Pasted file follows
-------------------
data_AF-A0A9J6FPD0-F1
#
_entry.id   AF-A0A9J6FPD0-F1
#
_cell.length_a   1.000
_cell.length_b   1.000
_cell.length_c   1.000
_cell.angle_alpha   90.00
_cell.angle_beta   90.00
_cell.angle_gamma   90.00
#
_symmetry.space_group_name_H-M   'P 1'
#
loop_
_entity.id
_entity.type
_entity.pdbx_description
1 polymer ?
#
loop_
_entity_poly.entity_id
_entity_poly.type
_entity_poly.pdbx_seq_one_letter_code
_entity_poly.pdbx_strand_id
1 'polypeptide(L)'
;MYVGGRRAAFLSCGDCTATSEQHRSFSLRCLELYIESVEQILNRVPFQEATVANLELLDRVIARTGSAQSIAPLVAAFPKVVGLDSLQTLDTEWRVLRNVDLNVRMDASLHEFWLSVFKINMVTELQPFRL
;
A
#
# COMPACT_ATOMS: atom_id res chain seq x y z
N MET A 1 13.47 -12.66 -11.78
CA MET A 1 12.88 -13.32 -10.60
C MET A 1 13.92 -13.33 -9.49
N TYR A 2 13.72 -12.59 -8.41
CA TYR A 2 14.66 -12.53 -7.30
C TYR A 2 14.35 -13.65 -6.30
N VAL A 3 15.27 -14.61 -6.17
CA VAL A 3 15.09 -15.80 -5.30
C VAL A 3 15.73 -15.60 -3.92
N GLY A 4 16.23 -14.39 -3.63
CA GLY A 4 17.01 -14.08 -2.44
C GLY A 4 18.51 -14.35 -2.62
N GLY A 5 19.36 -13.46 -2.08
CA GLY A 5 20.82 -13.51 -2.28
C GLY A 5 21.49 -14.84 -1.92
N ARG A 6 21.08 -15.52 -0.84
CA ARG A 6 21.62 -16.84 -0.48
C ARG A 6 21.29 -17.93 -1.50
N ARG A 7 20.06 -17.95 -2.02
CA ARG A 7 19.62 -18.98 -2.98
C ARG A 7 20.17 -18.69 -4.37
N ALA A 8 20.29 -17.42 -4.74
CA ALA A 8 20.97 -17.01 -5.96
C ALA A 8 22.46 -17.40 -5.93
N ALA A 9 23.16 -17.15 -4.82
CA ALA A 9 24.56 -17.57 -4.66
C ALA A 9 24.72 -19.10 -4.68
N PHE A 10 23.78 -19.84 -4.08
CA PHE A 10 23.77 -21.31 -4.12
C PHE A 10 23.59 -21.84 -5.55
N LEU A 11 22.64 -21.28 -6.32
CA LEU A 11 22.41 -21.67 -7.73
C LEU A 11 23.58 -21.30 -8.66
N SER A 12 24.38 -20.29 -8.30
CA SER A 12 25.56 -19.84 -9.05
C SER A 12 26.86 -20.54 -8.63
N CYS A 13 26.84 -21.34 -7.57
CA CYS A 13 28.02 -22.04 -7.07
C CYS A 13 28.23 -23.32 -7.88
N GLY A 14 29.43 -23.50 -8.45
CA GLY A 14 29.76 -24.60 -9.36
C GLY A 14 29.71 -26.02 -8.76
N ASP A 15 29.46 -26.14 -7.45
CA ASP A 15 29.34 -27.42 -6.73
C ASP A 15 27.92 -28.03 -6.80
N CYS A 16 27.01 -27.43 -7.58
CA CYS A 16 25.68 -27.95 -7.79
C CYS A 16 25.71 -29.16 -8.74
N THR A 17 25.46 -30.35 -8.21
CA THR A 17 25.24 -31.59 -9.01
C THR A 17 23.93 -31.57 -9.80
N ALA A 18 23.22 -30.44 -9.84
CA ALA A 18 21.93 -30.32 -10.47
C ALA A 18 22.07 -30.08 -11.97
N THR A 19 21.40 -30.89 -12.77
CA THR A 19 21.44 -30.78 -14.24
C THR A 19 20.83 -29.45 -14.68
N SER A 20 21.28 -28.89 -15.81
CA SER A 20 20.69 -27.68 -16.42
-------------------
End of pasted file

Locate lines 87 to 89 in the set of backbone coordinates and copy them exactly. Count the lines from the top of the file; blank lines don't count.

C THR A 19 20.83 -29.45 -14.68
N SER A 20 21.28 -28.89 -15.81
CA SER A 20 20.69 -27.68 -16.42